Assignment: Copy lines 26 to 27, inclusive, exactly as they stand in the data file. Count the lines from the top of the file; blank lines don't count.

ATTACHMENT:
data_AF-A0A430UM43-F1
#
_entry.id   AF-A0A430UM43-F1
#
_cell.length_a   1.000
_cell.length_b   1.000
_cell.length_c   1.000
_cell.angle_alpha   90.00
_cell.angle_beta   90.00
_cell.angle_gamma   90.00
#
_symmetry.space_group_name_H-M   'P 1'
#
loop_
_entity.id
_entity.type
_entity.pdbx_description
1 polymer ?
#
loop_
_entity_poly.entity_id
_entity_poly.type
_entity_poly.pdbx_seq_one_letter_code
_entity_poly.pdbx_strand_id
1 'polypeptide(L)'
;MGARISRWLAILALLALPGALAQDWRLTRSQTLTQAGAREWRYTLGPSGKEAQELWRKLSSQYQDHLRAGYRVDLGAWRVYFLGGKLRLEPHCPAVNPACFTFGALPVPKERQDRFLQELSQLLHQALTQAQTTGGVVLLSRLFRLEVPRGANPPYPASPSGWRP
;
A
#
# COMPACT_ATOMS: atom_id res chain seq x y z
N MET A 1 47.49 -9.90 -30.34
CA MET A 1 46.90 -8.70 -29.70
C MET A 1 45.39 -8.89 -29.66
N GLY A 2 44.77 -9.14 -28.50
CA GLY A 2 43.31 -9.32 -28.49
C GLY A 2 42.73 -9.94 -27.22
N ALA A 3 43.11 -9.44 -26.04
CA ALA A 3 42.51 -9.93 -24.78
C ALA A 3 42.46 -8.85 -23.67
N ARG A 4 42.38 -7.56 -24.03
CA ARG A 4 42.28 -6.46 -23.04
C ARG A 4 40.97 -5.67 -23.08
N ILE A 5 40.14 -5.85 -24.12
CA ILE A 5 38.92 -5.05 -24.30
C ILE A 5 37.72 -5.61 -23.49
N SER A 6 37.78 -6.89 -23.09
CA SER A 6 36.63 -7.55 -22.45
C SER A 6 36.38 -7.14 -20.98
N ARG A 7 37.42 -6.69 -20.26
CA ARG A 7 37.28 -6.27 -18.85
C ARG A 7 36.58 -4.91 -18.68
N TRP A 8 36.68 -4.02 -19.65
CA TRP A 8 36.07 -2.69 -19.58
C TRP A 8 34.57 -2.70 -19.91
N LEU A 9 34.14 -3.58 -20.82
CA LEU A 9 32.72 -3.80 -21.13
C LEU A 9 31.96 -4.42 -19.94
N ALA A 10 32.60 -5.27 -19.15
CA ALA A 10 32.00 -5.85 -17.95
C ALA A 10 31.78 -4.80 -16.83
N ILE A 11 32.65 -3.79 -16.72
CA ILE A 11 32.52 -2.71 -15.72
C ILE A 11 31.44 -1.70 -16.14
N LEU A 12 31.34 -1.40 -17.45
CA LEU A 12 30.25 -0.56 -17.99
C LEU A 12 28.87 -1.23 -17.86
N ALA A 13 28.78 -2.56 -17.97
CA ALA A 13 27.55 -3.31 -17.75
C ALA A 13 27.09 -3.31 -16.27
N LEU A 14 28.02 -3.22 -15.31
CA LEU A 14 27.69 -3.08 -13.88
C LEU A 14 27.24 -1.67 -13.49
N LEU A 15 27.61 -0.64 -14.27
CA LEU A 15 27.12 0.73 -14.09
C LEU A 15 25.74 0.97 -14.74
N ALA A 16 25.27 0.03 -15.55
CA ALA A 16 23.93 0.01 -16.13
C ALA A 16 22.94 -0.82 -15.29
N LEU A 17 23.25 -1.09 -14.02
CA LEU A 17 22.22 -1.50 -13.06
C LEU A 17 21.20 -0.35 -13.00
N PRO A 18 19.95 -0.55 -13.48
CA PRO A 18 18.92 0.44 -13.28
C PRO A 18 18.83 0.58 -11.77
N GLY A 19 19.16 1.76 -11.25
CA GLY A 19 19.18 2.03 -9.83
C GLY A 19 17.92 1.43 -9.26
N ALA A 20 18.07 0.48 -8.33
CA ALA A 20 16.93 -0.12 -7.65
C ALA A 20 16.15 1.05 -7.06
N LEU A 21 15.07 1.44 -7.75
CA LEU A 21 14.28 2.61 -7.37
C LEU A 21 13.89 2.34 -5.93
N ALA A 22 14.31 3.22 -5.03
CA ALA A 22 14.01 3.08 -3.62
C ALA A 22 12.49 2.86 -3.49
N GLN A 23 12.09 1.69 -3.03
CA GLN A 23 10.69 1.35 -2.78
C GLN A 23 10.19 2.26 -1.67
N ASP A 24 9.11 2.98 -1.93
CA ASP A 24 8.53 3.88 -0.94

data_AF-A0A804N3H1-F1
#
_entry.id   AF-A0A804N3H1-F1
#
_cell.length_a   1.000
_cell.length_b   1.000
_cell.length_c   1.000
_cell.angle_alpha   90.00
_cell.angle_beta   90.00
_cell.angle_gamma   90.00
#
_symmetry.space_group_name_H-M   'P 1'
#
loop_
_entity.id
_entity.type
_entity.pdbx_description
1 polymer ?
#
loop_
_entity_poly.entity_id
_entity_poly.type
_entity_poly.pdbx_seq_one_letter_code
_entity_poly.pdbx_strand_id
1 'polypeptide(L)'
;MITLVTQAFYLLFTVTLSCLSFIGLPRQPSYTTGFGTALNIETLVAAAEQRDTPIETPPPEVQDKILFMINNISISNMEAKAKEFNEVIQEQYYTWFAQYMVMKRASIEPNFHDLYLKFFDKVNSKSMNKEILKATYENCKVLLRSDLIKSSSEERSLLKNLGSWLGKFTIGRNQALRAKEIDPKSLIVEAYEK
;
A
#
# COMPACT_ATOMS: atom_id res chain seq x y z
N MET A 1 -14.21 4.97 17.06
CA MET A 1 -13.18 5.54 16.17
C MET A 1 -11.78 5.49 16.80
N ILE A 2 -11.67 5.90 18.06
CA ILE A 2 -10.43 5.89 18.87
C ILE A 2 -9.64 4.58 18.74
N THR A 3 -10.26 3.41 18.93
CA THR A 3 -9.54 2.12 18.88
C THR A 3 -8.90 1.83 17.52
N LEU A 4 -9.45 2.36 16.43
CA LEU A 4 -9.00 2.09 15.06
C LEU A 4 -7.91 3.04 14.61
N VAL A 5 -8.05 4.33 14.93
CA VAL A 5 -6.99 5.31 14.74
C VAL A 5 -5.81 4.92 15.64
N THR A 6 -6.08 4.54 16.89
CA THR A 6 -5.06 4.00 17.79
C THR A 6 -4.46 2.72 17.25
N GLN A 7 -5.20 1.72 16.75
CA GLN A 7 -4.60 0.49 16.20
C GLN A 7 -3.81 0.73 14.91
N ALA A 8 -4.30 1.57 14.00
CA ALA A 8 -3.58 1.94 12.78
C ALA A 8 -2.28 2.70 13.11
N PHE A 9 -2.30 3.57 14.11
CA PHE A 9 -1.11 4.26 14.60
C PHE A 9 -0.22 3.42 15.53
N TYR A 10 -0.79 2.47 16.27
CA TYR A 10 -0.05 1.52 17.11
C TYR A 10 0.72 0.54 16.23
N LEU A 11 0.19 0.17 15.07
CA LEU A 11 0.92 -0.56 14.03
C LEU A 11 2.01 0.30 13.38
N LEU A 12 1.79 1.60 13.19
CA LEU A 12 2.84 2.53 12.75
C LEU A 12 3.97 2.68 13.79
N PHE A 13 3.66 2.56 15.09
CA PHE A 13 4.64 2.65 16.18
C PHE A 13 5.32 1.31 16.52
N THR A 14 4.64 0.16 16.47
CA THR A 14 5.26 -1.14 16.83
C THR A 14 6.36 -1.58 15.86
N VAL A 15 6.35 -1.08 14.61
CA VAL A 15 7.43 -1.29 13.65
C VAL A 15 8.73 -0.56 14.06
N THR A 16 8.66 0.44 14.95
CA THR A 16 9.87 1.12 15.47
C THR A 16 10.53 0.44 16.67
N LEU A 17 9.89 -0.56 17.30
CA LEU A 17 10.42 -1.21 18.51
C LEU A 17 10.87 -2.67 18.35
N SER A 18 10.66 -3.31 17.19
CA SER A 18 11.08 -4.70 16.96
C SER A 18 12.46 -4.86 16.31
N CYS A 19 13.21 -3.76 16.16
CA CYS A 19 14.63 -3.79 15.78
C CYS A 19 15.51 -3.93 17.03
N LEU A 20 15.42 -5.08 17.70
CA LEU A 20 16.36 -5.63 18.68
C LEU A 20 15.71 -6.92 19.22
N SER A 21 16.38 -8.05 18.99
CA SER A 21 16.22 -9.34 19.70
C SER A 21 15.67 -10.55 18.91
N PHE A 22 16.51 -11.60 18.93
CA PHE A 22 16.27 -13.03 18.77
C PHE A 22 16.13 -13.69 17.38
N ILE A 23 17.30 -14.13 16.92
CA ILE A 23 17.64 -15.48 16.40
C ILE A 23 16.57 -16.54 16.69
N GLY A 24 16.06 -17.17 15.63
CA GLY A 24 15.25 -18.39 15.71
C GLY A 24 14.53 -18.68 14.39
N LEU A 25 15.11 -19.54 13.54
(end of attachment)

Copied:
;MGARISRWLAILALLALPGALAQDWRLTRSQTLTQAGAREWRYTLGPSGKEAQELWRKLSSQYQDHLRAGYRVDLGAWRVYFLGGKLRLEPHCPAVNPACFTFGALPVPKERQDRFLQELSQLLHQALTQAQTTGGVVLLSRLFRLEVPRGANPPYPASPSGWRP
;